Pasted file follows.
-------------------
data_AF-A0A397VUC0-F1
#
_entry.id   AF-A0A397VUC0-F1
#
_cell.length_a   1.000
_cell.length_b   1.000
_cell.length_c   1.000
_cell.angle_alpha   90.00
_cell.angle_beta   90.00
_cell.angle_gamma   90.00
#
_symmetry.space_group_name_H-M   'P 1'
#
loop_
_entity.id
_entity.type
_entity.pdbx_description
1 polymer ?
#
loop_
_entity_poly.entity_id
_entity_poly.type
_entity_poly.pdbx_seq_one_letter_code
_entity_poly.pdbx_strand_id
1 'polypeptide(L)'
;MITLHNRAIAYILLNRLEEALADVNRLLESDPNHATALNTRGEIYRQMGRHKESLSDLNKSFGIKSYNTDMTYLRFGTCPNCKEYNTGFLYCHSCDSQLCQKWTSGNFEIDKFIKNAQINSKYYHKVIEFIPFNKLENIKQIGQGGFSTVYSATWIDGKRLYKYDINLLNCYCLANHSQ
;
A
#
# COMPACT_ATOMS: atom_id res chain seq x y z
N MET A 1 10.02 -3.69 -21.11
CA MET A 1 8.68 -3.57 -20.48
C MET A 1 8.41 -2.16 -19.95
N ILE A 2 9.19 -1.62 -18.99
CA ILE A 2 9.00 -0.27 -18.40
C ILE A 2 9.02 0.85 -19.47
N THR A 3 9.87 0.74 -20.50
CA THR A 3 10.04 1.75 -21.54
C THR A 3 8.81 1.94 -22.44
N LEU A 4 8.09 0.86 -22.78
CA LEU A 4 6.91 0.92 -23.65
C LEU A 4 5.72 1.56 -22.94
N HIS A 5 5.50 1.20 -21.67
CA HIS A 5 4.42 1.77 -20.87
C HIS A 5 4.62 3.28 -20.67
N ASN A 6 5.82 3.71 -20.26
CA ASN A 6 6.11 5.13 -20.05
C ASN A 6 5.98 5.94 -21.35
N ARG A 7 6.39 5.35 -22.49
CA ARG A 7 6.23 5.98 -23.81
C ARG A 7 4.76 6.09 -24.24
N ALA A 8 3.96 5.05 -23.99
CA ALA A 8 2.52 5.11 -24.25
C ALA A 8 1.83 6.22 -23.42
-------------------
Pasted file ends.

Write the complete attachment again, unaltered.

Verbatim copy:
data_AF-A0A397VUC0-F1
#
_entry.id   AF-A0A397VUC0-F1
#
_cell.length_a   1.000
_cell.length_b   1.000
_cell.length_c   1.000
_cell.angle_alpha   90.00
_cell.angle_beta   90.00
_cell.angle_gamma   90.00
#
_symmetry.space_group_name_H-M   'P 1'
#
loop_
_entity.id
_entity.type
_entity.pdbx_description
1 polymer ?
#
loop_
_entity_poly.entity_id
_entity_poly.type
_entity_poly.pdbx_seq_one_letter_code
_entity_poly.pdbx_strand_id
1 'polypeptide(L)'
;MITLHNRAIAYILLNRLEEALADVNRLLESDPNHATALNTRGEIYRQMGRHKESLSDLNKSFGIKSYNTDMTYLRFGTCPNCKEYNTGFLYCHSCDSQLCQKWTSGNFEIDKFIKNAQINSKYYHKVIEFIPFNKLENIKQIGQGGFSTVYSATWIDGKRLYKYDINLLNCYCLANHSQ
;
A
#
# COMPACT_ATOMS: atom_id res chain seq x y z
N MET A 1 10.02 -3.69 -21.11
CA MET A 1 8.68 -3.57 -20.48
C MET A 1 8.41 -2.16 -19.95
N ILE A 2 9.19 -1.62 -18.99
CA ILE A 2 9.00 -0.27 -18.40
C ILE A 2 9.02 0.85 -19.47
N THR A 3 9.87 0.74 -20.50
CA THR A 3 10.04 1.75 -21.54
C THR A 3 8.81 1.94 -22.44
N LEU A 4 8.09 0.86 -22.78
CA LEU A 4 6.91 0.92 -23.65
C LEU A 4 5.72 1.56 -22.94
N HIS A 5 5.50 1.20 -21.67
CA HIS A 5 4.42 1.77 -20.87
C HIS A 5 4.62 3.28 -20.67
N ASN A 6 5.82 3.71 -20.26
CA ASN A 6 6.11 5.13 -20.05
C ASN A 6 5.98 5.94 -21.35
N ARG A 7 6.39 5.35 -22.49
CA ARG A 7 6.23 5.98 -23.81
C ARG A 7 4.76 6.09 -24.24
N ALA A 8 3.96 5.05 -23.99
CA ALA A 8 2.52 5.11 -24.25
C ALA A 8 1.83 6.22 -23.42